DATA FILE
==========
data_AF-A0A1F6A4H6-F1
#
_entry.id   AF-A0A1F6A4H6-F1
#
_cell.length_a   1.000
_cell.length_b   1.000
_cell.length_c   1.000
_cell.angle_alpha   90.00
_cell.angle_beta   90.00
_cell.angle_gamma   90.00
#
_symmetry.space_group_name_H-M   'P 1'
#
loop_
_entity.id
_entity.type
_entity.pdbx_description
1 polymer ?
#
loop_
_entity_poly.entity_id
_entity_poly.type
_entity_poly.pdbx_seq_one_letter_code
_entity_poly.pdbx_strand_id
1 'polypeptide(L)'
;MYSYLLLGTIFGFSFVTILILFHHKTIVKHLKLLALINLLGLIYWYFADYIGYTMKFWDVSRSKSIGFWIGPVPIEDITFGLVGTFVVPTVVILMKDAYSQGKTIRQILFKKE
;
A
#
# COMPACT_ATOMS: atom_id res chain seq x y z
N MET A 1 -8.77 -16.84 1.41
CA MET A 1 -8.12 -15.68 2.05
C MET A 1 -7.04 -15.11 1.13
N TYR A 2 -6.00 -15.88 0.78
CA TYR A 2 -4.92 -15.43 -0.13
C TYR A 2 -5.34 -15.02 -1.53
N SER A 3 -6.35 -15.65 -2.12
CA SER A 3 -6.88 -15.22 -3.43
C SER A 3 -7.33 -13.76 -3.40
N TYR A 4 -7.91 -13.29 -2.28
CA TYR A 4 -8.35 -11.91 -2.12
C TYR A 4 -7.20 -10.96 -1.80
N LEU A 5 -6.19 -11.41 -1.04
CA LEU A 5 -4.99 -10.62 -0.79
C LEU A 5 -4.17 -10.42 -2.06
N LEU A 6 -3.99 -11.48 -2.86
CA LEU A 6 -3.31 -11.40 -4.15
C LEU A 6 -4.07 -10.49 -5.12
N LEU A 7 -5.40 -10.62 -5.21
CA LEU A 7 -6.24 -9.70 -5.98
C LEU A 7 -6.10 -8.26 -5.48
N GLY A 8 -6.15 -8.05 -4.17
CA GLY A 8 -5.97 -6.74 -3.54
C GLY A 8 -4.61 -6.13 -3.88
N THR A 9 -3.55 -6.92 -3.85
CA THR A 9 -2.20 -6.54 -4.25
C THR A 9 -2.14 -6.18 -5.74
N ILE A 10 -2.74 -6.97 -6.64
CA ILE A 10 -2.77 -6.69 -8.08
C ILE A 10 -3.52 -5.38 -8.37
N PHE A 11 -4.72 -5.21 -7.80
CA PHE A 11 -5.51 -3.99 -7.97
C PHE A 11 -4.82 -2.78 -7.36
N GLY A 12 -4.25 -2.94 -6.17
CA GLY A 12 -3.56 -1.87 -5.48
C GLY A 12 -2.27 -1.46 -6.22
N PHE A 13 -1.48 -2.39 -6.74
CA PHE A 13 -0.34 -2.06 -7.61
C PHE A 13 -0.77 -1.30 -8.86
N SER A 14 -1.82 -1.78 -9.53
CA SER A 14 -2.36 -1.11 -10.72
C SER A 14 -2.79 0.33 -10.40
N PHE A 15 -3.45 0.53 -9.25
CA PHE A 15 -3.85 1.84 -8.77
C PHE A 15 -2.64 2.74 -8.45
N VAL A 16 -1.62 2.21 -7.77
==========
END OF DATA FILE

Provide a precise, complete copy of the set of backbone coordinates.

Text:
data_AF-A0A1F6A4H6-F1
#
_entry.id   AF-A0A1F6A4H6-F1
#
_cell.length_a   1.000
_cell.length_b   1.000
_cell.length_c   1.000
_cell.angle_alpha   90.00
_cell.angle_beta   90.00
_cell.angle_gamma   90.00
#
_symmetry.space_group_name_H-M   'P 1'
#
loop_
_entity.id
_entity.type
_entity.pdbx_description
1 polymer ?
#
loop_
_entity_poly.entity_id
_entity_poly.type
_entity_poly.pdbx_seq_one_letter_code
_entity_poly.pdbx_strand_id
1 'polypeptide(L)'
;MYSYLLLGTIFGFSFVTILILFHHKTIVKHLKLLALINLLGLIYWYFADYIGYTMKFWDVSRSKSIGFWIGPVPIEDITFGLVGTFVVPTVVILMKDAYSQGKTIRQILFKKE
;
A
#
# COMPACT_ATOMS: atom_id res chain seq x y z
N MET A 1 -8.77 -16.84 1.41
CA MET A 1 -8.12 -15.68 2.05
C MET A 1 -7.04 -15.11 1.13
N TYR A 2 -6.00 -15.88 0.78
CA TYR A 2 -4.92 -15.43 -0.13
C TYR A 2 -5.34 -15.02 -1.53
N SER A 3 -6.35 -15.65 -2.12
CA SER A 3 -6.88 -15.22 -3.43
C SER A 3 -7.33 -13.76 -3.40
N TYR A 4 -7.91 -13.29 -2.28
CA TYR A 4 -8.35 -11.91 -2.12
C TYR A 4 -7.20 -10.96 -1.80
N LEU A 5 -6.19 -11.41 -1.04
CA LEU A 5 -4.99 -10.62 -0.79
C LEU A 5 -4.17 -10.42 -2.06
N LEU A 6 -3.99 -11.48 -2.86
CA LEU A 6 -3.31 -11.40 -4.15
C LEU A 6 -4.07 -10.49 -5.12
N LEU A 7 -5.40 -10.62 -5.21
CA LEU A 7 -6.24 -9.70 -5.98
C LEU A 7 -6.10 -8.26 -5.48
N GLY A 8 -6.15 -8.05 -4.17
CA GLY A 8 -5.97 -6.74 -3.54
C GLY A 8 -4.61 -6.13 -3.88
N THR A 9 -3.55 -6.92 -3.85
CA THR A 9 -2.20 -6.54 -4.25
C THR A 9 -2.14 -6.18 -5.74
N ILE A 10 -2.74 -6.97 -6.64
CA ILE A 10 -2.77 -6.69 -8.08
C ILE A 10 -3.52 -5.38 -8.37
N PHE A 11 -4.72 -5.21 -7.80
CA PHE A 11 -5.51 -3.99 -7.97
C PHE A 11 -4.82 -2.78 -7.36
N GLY A 12 -4.25 -2.94 -6.17
CA GLY A 12 -3.56 -1.87 -5.48
C GLY A 12 -2.27 -1.46 -6.22
N PHE A 13 -1.48 -2.39 -6.74
CA PHE A 13 -0.34 -2.06 -7.61
C PHE A 13 -0.77 -1.30 -8.86
N SER A 14 -1.82 -1.78 -9.53
CA SER A 14 -2.36 -1.11 -10.72
C SER A 14 -2.79 0.33 -10.40
N PHE A 15 -3.45 0.53 -9.25
CA PHE A 15 -3.85 1.84 -8.77
C PHE A 15 -2.64 2.74 -8.45
N VAL A 16 -1.62 2.21 -7.77